Captain (2018) Malayalam Movie Review – Veeyen


Prajesh Sen’s sparkling directorial debut ‘Captain’ shines the spotlight on the life and unfortunate demise of an incredible footballer, who wore unrivalled accomplishments on his sleeve. A glorious tribute to a player who eventually got worn out grappling with personal demons, Sen’s malleable biopic is a perceptive portrayal of the player, and more importantly, the man that V P Sathyan was.


captain-review-veeyen

Prajesh Sen’s sparkling directorial debut ‘Captain’ shines the spotlight on the life and unfortunate demise of an incredible footballer, who wore unrivalled accomplishments on his sleeve. A glorious tribute to a player who eventually got worn out grappling with personal demons, Sen’s malleable biopic is a perceptive portrayal of the player, and more importantly, the man that V P Sathyan was.

Despite all the unparalleled achievements, Sathyan’s tale is fraught with an anguish that is beyond compare. Sen’s film commences at the Pallavaram railway station on the 18th of July, 2006, where a visibly troubled man (Jayasurya) sits in fretful wait, as the hoots of an approaching train grow louder. An hour later, when the train had long rushed by and an eventful life had come to an end, the media make a beeline for his wife’s (Anu Sithara) responses at his crammed apartment in Chennai.

captain-review-veeyen

The dramatic liberties that the film maker could have taken in a biopic as this are so estimably masked, that it’s almost impossible to delineate the real from the imaginary, and commendably so. Sen unambiguously states that this was a man who had no intention to compromise on his integrity and self respect, and at the end of an emotionally draining phase at the police force that he had been a part of, Sathyan is depicted as delivering a blow straight across a superior’s face much to the latter’s surprise.

For a man who breathed football, a niggling leg injury should certainly have been the unfairest of all the smacks that life had meted out to him. When the doctor suggests amputation, Sathyan is shattered beyond repair, and the appalling moment finally arrives when he decides that nothing in the world, probably matters any more.

captain-review-veeyen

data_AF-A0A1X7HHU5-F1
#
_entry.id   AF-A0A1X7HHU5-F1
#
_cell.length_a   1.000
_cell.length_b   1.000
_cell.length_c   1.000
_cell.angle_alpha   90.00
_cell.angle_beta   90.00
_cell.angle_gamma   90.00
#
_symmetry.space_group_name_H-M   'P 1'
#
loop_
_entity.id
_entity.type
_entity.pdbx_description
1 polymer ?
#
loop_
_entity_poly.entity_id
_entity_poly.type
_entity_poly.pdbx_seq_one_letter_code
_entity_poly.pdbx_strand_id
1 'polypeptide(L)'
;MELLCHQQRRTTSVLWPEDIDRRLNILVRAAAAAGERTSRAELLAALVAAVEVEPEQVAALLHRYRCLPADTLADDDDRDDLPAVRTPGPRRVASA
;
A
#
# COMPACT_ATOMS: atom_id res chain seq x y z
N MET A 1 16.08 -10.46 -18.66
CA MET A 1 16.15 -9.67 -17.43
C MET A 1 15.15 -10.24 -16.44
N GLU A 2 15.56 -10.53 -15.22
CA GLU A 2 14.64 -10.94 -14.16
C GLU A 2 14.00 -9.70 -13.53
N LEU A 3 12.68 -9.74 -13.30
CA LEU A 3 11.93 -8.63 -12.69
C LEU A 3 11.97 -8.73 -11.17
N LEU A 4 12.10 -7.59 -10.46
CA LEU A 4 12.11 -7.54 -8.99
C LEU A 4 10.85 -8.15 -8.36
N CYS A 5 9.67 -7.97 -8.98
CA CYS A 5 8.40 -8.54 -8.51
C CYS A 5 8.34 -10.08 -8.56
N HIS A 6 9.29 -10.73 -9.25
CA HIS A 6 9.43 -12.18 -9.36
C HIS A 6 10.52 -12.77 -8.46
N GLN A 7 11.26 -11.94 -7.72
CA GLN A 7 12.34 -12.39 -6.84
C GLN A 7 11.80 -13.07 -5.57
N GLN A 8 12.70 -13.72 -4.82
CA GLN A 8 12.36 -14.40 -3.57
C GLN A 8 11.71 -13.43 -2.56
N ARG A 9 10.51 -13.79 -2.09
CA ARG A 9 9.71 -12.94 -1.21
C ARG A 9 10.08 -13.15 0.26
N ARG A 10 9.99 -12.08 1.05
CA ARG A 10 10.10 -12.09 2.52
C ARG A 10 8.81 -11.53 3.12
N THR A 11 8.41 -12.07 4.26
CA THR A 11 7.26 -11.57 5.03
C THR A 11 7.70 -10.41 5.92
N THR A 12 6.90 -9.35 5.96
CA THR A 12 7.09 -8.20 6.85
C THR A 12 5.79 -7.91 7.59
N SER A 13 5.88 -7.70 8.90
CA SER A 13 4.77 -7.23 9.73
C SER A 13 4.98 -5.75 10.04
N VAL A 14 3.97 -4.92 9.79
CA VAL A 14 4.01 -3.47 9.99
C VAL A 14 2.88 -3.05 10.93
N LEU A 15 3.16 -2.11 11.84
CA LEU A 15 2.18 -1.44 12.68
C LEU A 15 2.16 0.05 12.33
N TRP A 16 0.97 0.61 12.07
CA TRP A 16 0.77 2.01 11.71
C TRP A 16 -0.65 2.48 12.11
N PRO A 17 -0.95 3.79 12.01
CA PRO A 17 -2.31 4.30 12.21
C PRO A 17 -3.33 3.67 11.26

Sen’s film is as much Sathyan’s story as it is Anitha’s; the wannabe agricultural engineer who never held footballers in high esteem, and who simply abhorred police men. Married to a man who was both of these, and who would pen long, sad letters on how lonely he was in Calcutta, she doesn’t think twice before quitting her studies and packing her bags to hold his hands, and assure him that things will get better. Years later, she huddles along with him on the Chennai beach, where he sits with half a leg buried under a heap of sand, and reiterates her assurances, though she isn’t sure if he is paying heed to her any more.

The man with the magical legs apparently had a susceptible heart; the greatest Indian defender of all times had a soul that often found itself defenceless. He starts leaving farewell notes around, which Anitha discovers with a mounting unease, and it is this gradual descent to doom that renders ‘Captain’ it’s tremendously melancholic tone, where you get to see him walking away with his head hung in gloom from the ground, career, family, friends and eventually, life itself.

captain-review-veeyen

The brighter moments glimmer in stark contrast, as when a beaming Anitha rushes on to the playground to hand him a scarf as he stands elated after having won the Santhosh Trophy for Kerala in 1992, or the faith that the Chief Minister of a state bestows on him to regain a long lost honour, or several years later, when at an airport, a much prized acknowledgement arrives from the most unexpected quarters.

captain-review-veeyen

‘Captain’ has staunch performances from its leading pair, with Jayasurya delivering a knockout act in the title role, moving far beyond the Captain’s Band that he pulls up over his arm. His is a meticulous performance that dwells over the intricacies that confounded Sathyan, and he finds an equally competent, complementary actor in Anu Sithara, who is pitch perfect as his distraught, helpless wife.

Sen’s biopic is one that we could be proud of, and it would be remembered not just as a mere chronicle of events that made up the life of one of the greatest footballers in the country, but as a profoundly detailed depiction of a man who was overcome by the torment that followed the elation of his heydays. Here was a star that fell down to the depths all too soon, and ‘Captain’ is a hurting reminder of a man who never got his due, of who he was, and who he could have been.


Verdict: A Glorious Tribute to a Legendary Player


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